Sen. Elizabeth Warren is once again pushing for Congress to adopt a so-called “wealth tax” on “ultra-millionaires.” The policy is similar to existing real-estate taxes, but instead of simply applying to a home, the tax would be levied onto the net value of a person’s assets. The scheme could encompass houses, investments, cars, boats, fine art, and more.
Predictably, the idea has failed in nearly every country that has tried to implement it. More affluent residents react to a wealth tax by simply leaving the country, which diminishes the overall tax base and leads to less government revenue overall. The policy would also suppress business investment, which drives job creation and innovation.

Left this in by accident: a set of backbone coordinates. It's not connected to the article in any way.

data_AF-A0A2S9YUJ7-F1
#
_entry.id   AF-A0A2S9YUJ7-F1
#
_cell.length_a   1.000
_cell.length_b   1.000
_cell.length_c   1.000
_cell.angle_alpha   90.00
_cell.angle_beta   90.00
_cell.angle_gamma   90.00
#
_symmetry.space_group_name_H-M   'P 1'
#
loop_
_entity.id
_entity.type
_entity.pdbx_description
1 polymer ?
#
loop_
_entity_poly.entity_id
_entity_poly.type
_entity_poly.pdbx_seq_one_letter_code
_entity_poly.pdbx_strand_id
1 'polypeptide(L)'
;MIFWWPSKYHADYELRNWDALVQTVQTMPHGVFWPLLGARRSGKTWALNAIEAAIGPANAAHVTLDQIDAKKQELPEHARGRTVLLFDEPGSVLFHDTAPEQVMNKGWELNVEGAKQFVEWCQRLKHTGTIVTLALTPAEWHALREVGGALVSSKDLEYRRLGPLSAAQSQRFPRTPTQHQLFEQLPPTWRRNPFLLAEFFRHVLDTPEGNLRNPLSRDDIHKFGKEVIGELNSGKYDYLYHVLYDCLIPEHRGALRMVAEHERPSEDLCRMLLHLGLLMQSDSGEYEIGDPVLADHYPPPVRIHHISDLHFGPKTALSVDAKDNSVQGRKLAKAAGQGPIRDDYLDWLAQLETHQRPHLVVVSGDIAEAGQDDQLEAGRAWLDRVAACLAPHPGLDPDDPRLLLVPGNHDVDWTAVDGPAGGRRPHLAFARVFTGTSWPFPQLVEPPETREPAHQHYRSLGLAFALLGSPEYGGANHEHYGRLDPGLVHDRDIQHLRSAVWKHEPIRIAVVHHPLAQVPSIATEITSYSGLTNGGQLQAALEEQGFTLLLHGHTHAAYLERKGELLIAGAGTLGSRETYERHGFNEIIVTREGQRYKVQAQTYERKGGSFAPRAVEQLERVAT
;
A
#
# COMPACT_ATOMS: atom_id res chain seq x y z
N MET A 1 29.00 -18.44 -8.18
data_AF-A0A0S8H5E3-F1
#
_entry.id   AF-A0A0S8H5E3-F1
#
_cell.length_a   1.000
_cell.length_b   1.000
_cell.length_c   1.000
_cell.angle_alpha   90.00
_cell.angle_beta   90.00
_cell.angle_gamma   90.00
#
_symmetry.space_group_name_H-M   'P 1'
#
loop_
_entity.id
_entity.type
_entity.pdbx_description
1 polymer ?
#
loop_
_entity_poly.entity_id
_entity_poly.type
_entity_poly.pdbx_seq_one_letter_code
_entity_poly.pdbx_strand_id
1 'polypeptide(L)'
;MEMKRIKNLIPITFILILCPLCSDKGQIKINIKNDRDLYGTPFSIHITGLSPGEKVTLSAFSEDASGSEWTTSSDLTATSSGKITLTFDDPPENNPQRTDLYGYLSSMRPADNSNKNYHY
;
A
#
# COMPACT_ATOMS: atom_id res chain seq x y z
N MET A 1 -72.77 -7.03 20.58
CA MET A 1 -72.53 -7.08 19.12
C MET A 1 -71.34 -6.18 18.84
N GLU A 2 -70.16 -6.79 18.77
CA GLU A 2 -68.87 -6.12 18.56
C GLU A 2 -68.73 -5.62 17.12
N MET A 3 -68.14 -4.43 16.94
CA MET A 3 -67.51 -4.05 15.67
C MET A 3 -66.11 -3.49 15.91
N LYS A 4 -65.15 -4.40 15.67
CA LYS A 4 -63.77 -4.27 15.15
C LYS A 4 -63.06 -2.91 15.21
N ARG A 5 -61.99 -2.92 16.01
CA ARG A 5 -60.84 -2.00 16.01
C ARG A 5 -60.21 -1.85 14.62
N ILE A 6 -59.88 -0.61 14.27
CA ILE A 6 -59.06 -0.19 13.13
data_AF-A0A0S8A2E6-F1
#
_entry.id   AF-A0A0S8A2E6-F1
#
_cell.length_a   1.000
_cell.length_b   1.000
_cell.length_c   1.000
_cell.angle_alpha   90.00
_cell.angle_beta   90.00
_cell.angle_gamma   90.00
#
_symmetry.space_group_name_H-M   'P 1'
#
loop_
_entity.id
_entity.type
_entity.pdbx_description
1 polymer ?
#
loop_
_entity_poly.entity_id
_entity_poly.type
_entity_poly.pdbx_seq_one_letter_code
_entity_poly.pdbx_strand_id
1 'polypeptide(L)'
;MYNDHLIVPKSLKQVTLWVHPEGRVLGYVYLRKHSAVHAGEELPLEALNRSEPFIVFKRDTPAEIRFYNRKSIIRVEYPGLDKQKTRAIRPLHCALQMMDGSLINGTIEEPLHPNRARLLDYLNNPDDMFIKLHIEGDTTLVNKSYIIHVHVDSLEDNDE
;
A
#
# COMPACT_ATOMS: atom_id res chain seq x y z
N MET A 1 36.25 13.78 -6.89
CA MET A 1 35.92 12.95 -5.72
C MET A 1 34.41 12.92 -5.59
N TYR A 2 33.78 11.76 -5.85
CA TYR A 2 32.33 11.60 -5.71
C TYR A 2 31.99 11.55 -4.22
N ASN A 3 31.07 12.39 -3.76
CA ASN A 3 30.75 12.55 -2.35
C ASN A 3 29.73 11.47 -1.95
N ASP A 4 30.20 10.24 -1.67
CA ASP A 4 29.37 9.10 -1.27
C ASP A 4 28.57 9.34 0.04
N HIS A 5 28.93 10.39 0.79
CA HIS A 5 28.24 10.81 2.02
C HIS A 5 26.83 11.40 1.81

But that hasn’t stopped countries from experimenting with the bad idea.
Norway, Spain and Switzerland currently levy a wealth tax on some citizens. For example, Norway collects 0.85 percent of an individual’s wealth if the value of their assets surpass $170,000. Spain’s wealth tax ranges from 0.2 percent to 3.75 percent, depending on the net worth of an individual. And France had a wealth tax up until 2018 when it was repealed.
A wealth tax may seem like a good strategy to raise more government revenue on paper. But in the end, the negative effects far outweigh the supposed benefits. Lawmakers who support the idea in the U.S. should rethink their position.